Wednesday, September 25, 2013
In 2002, Jack Whittaker, West Virginia resident, won the largest ever Powerball jackpot of $314 million dollars. After winning the jackpot Whittaker said he would pay tithes to his church, start a charitable foundation, and provide jobs in the community. "I'm not going to buy anything for myself," Whittaker explained at a news release. "The very first thing I'm going to do is, I'm going to go home. I'm going to sit down and make out three checks to three pastors for 10% of this check. That's the very first thing I'm going to do." Because Whittaker was already a millionaire via his construction company, he believed the money would not change anything.
However, in 2007 Whittaker's life has taken a devastating turn. He suffered many tragic personal losses. In addition, Whittaker's windfall was completely gone. He issued a statement to the Circuit Court explaining, "On 9-11, a team of crooks went to 12 different (City National Banks) cashed 12 (checks) and got all my money." Whittaker is unable to pay outstanding claims against him because he is broke.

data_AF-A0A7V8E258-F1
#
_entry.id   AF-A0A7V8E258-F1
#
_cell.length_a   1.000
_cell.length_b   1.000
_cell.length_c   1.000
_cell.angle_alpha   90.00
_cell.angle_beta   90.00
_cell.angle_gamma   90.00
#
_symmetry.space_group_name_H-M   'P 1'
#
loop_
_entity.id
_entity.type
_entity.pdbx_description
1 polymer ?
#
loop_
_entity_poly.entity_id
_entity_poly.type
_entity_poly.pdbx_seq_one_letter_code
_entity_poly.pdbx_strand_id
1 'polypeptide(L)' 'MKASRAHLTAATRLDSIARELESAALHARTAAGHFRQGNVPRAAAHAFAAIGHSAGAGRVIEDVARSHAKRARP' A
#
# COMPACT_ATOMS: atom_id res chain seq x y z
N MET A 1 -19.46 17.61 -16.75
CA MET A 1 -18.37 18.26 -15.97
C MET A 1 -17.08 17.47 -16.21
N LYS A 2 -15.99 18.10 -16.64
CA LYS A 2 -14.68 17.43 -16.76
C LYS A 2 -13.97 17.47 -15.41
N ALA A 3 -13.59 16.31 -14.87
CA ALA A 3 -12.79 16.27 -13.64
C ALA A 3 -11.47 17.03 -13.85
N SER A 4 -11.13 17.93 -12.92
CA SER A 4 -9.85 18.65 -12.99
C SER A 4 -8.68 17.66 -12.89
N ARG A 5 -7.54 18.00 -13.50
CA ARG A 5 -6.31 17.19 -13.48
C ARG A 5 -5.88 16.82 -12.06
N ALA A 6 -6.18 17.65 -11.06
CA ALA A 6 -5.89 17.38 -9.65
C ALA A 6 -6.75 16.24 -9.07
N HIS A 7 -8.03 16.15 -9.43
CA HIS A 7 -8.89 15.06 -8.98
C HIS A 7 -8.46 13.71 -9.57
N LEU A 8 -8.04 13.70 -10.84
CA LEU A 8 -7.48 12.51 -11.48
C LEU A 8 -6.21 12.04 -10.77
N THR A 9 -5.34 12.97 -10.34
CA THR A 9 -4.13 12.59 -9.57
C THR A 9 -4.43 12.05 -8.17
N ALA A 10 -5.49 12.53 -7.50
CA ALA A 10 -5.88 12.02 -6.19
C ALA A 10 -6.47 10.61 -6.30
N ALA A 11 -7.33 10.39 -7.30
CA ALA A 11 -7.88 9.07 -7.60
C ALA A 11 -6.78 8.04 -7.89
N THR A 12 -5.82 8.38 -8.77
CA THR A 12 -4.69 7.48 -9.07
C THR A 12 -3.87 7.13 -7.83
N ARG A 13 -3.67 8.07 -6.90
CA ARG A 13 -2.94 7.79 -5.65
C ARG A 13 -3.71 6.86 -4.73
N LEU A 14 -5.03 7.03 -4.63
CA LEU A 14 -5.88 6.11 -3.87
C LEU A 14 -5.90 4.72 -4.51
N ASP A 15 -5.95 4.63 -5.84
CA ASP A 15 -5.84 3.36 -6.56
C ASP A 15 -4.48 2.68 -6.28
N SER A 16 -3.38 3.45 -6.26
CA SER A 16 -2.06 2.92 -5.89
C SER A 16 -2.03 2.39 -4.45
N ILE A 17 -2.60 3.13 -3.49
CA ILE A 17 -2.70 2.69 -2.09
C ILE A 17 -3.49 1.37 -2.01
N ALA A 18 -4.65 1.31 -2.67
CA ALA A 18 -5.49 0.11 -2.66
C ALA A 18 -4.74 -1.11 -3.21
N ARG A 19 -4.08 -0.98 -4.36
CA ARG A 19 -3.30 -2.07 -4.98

Shockingly, almost 70% of all lottery winners lose their winnings within a few years. Whittaker's only advice to future lottery winners is to stay anonymous. Only six states permit lottery winners to avoid the state's limelight. Those states are: Delaware, Kansas North Dakota, South Carolina, Maryland, and Ohio. Michigan does have some exceptions but Powerball winners do not qualify.
See CNN Staff Sudden Lottery Fortune No Panacea, CNN, Sep. 24, 2012.
Special thanks to David S. Luber (Attorney at law, Florida Probate Attorney Wills and Estates Law Firm) for bringing this article to my attention.